Linked by Thom Holwerda on Sun 25th Oct 2009 12:51 UTC
Editorial A couple of years ago, a professor at my university had a very interesting thought exchange with the class I was in. We were a small group, and I knew most of them, they were my friends. Anyway, we had a talk about language purism - not an unimportant subject if you study English in The Netherlands.
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RE[2]: Fallacy
by rexstuff on Sun 25th Oct 2009 21:40 UTC in reply to "RE: Fallacy"
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For the foreseeable future. The same was said of Latin in times of the Imperium Romanum.

True. But I think this is different. English has penetrated too deeply into our global society, particularly with regards to technology.

I point to the apocryphal story regarding Linus and his kernel. In an interview, he was asked why he commented the code in English, as opposed to his native Finnish(?). He was reportedly a little surprised by the question, and claimed that it never even occurred to him to do otherwise.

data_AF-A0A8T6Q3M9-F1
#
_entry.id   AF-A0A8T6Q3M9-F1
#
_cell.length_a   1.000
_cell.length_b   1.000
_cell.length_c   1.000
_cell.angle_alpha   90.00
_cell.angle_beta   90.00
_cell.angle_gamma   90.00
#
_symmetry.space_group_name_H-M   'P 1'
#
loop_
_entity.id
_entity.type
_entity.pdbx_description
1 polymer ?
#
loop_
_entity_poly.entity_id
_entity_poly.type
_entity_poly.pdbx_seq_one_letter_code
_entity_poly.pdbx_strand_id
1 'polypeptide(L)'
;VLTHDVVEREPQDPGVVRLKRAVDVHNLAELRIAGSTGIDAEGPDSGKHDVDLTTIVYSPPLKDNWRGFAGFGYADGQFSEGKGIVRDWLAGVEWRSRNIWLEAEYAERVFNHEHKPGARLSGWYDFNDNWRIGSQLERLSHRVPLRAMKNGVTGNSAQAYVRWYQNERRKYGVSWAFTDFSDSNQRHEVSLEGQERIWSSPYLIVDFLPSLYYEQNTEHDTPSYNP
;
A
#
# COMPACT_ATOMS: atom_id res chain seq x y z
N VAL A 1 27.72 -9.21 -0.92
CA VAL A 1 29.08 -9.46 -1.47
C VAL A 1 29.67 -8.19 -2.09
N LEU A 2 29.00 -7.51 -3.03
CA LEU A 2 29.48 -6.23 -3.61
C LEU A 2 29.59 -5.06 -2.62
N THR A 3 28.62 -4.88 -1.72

English has the richest technical vocabulary. For instance, (almost) every programming language is based in some form on English, even ones developed in non-English countries. Even were the US to implode tomorrow, that sort of momentum would be difficult to overcome.

There is a connected-ness today that didn't exist in the Roman times. Everyone is communicating instantly, all the time. And when it's across linguistic borders, the common language is almost always English. And, of course, Latin was only supreme within the bounds of the Empire, whereas English is truly Global.

I suppose we could come with some pretty extreme scenarios where English falls from its perch to be replaced by another, but I think we're past the tipping point - English will continue to grow as the dominant language, and eventually will become the acknowledged language of the Human Race.

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